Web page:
Retailing | Well-regarded Brooklyn retailer Rocketship, whose owners confirmed just last week had closed after five years, apparently has reopened. However, it’s unclear whether that’s only temporary.
An update posted yesterday on the store’s blog reads: “Rocketship is currently open again for business. We apologize for any inconvenience over the past few weeks.” C0-owner Alex Cox had attributed the closing primarily to the end of the store’s five-year lease: “Five years went by fast, and my partner and I are suddenly making some large life decisions about what comes next. We love the shop, and as fun as it is, we have to figure out what makes sense for us on a practical level.” Cox posted yesterday on Twitter that, “Rocketship is back open for a bit; vacation is over, time to sell some books!.” [Rocketship]
Retailing | Gary Warth spotlights local comic-store owners about Comic-Con International, from the first-time exhibitors to the veterans — some of whom don’t view the event as a moneymaker. “All I ever did was just make enough to pay for next year,” said former retailer Tom Piper. […] At the ‘Con,’ there was so much competition. I did the best I could.” [North County Times]
Retailing | Jared Myland, owner of OK Comics in Leeds, England, claims scaffolding erected outside his building five weeks ago has caused business to plummet, threatening the future of his store. [Guardian]
Creators | Bryan Lee O’Malley is profiled in a pair of articles focusing on the release this week of Scott Pilgrim’s Finest Hour, the end of the series, and the upcoming film adaptation. [Publishers Weekly, USA Today]
Creators | TV host and comics fan turned comics writer Jonathan Ross interviews influential creator Jim Steranko, whose graphic novel Red Tide is being re-released by Dark Horse: “I did 29 comic books. A number of experts have gone through those books: one said he found 150 narrative devices that had never been done in comic books before. I remember in one of the stories, there was a man and a woman talking. The woman was suddenly very cold, and her answer was an empty balloon. To give it an extra punch, I had icicles hanging from the balloon. That may seem like a small point, but it had never been done before.” [Guardian]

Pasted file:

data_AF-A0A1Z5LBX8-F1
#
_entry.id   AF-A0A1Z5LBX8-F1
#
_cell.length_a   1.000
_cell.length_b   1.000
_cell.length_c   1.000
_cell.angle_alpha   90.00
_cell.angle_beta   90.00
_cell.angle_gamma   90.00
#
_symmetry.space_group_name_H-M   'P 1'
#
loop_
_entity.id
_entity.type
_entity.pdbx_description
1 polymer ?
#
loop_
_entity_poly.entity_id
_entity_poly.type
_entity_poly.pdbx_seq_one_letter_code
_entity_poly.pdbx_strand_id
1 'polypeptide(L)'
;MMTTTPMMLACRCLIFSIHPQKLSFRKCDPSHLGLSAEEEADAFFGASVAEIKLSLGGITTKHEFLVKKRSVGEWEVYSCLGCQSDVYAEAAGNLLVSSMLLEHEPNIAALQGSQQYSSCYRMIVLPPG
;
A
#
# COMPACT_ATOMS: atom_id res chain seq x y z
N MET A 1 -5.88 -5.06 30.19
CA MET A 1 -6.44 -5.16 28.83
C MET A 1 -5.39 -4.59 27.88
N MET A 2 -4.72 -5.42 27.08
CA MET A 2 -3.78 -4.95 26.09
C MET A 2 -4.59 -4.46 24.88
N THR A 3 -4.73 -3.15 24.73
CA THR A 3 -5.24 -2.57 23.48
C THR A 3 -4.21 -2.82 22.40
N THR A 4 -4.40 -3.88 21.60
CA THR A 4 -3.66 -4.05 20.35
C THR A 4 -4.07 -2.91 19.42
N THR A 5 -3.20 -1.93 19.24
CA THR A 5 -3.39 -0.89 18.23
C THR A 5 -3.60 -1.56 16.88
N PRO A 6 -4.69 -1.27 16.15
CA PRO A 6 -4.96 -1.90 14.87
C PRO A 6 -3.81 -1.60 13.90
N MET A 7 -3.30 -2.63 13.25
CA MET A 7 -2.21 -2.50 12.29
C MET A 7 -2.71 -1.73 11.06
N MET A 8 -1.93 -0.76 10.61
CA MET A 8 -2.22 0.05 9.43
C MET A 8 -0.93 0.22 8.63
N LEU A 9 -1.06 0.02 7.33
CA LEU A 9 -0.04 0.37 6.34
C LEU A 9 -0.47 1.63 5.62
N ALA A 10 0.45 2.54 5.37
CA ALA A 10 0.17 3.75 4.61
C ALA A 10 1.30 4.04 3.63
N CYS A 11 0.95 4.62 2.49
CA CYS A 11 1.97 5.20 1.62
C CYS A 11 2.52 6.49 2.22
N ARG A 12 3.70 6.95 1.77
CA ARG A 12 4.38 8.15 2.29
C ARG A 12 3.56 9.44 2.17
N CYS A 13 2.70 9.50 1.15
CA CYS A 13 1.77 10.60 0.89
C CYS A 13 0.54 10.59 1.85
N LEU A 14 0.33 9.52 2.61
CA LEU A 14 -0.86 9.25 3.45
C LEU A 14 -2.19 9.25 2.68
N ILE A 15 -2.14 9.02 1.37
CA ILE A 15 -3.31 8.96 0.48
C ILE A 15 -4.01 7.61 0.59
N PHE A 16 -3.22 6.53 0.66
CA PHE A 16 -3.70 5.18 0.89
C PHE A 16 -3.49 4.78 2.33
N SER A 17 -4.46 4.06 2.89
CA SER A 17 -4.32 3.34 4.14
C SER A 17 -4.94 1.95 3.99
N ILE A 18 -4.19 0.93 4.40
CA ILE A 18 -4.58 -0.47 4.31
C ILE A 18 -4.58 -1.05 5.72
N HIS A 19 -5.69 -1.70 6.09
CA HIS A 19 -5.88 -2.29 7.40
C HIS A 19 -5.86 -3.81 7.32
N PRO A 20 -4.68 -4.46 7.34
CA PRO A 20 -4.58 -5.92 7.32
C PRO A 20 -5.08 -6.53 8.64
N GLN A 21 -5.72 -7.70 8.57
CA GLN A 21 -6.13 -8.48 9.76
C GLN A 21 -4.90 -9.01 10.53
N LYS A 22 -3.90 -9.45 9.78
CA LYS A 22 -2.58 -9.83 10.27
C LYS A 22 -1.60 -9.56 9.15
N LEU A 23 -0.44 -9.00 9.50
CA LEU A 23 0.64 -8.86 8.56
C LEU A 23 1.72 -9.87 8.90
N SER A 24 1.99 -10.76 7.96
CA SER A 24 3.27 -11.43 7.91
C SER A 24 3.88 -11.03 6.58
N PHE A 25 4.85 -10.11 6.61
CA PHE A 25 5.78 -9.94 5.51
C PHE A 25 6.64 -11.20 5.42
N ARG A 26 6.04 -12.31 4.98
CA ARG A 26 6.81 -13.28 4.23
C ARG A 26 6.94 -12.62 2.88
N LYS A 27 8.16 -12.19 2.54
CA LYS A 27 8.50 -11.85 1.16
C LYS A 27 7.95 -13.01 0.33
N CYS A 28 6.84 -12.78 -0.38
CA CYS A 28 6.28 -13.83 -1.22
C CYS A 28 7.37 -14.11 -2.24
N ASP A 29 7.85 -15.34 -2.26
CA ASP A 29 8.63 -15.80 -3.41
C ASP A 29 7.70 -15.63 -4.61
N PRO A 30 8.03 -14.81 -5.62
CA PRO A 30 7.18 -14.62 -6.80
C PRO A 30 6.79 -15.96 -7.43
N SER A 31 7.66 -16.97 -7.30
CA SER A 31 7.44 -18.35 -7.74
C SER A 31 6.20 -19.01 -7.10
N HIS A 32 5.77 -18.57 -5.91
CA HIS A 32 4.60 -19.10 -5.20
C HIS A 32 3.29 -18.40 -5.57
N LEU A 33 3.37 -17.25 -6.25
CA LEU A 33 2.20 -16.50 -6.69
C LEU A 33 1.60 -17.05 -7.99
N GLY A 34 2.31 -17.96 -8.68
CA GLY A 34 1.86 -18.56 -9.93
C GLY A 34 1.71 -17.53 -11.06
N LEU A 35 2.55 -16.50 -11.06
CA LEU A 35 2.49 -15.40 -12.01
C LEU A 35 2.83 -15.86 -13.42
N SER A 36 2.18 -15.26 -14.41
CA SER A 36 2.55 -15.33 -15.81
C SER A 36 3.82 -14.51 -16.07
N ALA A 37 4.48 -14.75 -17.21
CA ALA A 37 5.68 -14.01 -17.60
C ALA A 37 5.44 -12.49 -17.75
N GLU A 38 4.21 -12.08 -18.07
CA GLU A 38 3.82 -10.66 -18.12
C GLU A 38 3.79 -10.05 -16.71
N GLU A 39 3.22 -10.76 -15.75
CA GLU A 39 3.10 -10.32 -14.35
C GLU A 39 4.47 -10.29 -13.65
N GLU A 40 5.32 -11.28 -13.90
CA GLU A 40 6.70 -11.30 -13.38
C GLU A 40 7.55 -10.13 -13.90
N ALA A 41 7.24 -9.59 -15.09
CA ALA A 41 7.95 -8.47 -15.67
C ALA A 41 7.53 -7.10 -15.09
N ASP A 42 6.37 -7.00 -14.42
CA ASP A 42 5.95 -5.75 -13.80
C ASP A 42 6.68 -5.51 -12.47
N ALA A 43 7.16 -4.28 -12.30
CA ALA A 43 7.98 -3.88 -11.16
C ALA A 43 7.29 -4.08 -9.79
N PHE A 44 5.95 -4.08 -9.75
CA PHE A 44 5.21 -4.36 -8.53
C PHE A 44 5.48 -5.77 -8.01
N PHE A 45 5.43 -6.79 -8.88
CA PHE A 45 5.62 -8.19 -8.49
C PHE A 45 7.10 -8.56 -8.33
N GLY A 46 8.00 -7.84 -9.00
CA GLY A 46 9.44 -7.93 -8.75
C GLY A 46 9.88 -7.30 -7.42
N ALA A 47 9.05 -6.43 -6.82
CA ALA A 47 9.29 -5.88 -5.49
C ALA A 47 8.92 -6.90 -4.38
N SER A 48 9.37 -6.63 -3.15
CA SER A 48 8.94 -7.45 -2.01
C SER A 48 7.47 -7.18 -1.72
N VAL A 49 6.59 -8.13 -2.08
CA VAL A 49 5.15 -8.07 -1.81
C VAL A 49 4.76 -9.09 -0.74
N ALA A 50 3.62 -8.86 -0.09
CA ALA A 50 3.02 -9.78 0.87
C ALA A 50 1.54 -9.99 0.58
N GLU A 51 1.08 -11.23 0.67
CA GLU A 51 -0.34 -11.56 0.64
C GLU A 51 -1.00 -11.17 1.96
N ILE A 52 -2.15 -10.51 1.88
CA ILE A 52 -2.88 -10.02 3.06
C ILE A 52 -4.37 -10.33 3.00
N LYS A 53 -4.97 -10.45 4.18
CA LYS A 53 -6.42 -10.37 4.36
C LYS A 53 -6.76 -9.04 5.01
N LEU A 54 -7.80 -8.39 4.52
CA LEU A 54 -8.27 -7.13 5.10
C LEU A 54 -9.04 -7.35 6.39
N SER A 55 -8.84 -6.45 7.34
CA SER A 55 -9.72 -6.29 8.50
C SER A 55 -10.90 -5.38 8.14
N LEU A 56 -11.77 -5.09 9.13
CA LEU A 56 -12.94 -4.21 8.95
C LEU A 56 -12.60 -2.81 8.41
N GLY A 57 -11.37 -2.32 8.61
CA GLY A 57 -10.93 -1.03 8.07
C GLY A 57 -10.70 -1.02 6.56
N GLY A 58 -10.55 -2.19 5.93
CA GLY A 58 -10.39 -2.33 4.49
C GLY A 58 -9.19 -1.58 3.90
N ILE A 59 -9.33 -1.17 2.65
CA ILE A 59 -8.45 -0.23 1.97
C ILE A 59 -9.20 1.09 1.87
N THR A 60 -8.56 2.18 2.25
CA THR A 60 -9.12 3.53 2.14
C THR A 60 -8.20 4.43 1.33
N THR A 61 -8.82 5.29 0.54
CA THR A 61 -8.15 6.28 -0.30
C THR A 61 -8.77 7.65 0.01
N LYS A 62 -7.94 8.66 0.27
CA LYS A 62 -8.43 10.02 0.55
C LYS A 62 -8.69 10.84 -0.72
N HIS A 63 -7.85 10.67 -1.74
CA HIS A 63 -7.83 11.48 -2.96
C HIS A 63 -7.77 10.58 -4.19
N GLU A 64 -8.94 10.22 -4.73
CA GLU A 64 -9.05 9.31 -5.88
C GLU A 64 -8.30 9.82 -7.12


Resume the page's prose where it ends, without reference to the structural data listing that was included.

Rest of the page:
Creators | John Geddes chats briefly with Mike Mignola about Hellboy: The Storm. There’s also a preview of the miniseries’ second issue. [USA Today]
Creators | Sharon Eberson profiles editor, author and book designer Chip Kidd. [Pittsburgh Post-Gazette]
Creators | John Geddes also interviews legendary illustrator Yoshitaka Amano, who will appear Saturday at Comic-Con International, about his career and his Dark Horse graphic novel Shinjuku. [USA Today]
Creators | Brian Heater begins a multi-part interview with Dean Haspiel, with the first installment focusing on his Emmy-nominated work on the opening credits of HBO’s Bored to Death. [The Daily Cross Hatch]
Creators | Writer Sam Humphries discusses BOOM! Studios’ CBGB anthology miniseries. [Comic Vine]
Comics | Joe Keatinge offers his summer-reading recommendations, from I Kill Giants to Blacksad to Pluto. [Neon Monster]
Comics | David Brothers spotlights Dark Horse’s B.P.R.D. series: “Maybe it’s due to being a product of Mike Mignola’s Hellboy, maybe Mignola, John Arcudi, and Guy Davis are more willing to break the toys they’re playing with, but when someone dies in BPRD, whether a main cast member or a random cannon fodder schmuck, it counts. There’s no hand-waving, no cheap tricks to squeeze a few more dollars out of some IP, none of that. There’s just a villain saying ‘He won’t,’ and then someone you’ve grown to love, another in a long line of lost souls, is gone forever.” [4thletter!]
Comics | Jeffrey Klaehn lists his Top 10 Thor covers by Walter Simonson. [Pop]
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